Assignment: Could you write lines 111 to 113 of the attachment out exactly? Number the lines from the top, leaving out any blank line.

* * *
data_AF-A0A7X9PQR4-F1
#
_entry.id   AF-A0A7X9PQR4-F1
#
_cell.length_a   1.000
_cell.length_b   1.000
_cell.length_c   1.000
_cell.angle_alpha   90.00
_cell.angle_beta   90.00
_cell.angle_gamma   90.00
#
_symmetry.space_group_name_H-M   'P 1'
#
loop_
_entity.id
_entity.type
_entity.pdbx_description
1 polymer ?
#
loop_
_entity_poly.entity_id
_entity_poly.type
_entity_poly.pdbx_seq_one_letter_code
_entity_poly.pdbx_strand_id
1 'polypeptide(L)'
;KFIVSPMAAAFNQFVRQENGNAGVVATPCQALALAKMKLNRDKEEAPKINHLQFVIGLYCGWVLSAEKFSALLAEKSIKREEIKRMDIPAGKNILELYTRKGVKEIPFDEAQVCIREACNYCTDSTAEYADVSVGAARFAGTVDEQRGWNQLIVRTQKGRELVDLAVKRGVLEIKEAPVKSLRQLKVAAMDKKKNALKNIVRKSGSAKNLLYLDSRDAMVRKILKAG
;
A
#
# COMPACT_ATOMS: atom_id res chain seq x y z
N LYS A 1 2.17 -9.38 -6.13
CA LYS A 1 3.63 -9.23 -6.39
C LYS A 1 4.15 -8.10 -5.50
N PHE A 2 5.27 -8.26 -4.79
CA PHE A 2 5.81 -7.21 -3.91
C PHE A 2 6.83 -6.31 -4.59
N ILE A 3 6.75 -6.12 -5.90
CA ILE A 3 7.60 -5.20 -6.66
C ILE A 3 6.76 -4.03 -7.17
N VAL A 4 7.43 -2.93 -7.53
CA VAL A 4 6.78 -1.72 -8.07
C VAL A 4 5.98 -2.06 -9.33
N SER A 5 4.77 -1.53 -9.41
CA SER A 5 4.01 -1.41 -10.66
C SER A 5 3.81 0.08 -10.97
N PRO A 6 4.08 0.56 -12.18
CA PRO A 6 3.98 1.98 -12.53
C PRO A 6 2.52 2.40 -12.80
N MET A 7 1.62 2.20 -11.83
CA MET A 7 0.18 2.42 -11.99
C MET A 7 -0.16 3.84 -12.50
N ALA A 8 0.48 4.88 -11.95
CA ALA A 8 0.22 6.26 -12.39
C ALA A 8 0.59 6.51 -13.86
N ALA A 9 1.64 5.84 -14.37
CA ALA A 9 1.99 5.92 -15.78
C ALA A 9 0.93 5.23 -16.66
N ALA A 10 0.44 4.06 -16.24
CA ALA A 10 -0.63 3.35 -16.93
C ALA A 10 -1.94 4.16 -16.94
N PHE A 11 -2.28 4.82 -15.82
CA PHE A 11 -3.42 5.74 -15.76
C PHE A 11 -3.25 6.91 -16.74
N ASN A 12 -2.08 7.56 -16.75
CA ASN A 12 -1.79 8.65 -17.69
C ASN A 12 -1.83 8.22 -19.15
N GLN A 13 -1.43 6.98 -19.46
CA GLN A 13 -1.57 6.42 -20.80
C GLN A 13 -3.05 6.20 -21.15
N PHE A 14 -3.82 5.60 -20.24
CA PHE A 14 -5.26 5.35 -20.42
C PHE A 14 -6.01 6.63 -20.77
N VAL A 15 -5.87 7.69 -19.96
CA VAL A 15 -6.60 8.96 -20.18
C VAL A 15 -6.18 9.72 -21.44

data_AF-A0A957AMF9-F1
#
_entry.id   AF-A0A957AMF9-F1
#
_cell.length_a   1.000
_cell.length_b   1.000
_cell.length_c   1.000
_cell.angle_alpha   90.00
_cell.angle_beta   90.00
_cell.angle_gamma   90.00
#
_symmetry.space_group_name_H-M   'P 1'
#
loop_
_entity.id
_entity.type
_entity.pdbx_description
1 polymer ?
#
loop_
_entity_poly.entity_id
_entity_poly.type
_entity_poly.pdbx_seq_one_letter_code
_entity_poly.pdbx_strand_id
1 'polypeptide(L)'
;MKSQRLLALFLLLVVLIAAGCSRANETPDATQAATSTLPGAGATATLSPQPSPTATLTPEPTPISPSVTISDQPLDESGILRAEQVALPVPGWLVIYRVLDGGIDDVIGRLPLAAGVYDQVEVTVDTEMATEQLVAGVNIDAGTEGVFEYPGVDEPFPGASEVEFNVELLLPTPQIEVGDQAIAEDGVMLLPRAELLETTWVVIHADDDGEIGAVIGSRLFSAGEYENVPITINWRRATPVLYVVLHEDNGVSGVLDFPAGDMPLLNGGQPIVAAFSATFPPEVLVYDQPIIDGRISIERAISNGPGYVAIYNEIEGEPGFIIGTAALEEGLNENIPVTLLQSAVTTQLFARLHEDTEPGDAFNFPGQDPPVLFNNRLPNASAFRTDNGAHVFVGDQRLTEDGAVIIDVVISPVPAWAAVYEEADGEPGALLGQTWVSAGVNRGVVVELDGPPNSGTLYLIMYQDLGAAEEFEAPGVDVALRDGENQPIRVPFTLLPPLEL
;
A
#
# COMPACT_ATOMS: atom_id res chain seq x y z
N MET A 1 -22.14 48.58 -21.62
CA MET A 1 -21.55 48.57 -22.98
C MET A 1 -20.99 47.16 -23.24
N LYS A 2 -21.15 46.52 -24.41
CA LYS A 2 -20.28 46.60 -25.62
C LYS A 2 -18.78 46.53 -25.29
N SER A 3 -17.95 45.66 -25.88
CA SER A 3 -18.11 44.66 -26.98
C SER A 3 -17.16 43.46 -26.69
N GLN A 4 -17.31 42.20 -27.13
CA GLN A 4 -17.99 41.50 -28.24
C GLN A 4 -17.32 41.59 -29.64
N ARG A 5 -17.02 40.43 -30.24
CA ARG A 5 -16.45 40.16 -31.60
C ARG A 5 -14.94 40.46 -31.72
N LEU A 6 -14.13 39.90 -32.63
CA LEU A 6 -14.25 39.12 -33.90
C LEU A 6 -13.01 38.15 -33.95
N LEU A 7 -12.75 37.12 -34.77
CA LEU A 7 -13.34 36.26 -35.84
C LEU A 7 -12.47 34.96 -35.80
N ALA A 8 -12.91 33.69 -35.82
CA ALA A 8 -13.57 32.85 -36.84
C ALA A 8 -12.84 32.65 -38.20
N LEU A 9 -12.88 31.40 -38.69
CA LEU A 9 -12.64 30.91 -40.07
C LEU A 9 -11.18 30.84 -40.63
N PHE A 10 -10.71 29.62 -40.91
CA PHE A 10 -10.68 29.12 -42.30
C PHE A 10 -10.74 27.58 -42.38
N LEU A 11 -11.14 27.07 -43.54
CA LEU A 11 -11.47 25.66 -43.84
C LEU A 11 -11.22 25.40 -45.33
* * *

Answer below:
C LYS A 2 -18.78 46.53 -25.29
N SER A 3 -17.95 45.66 -25.88
CA SER A 3 -18.11 44.66 -26.98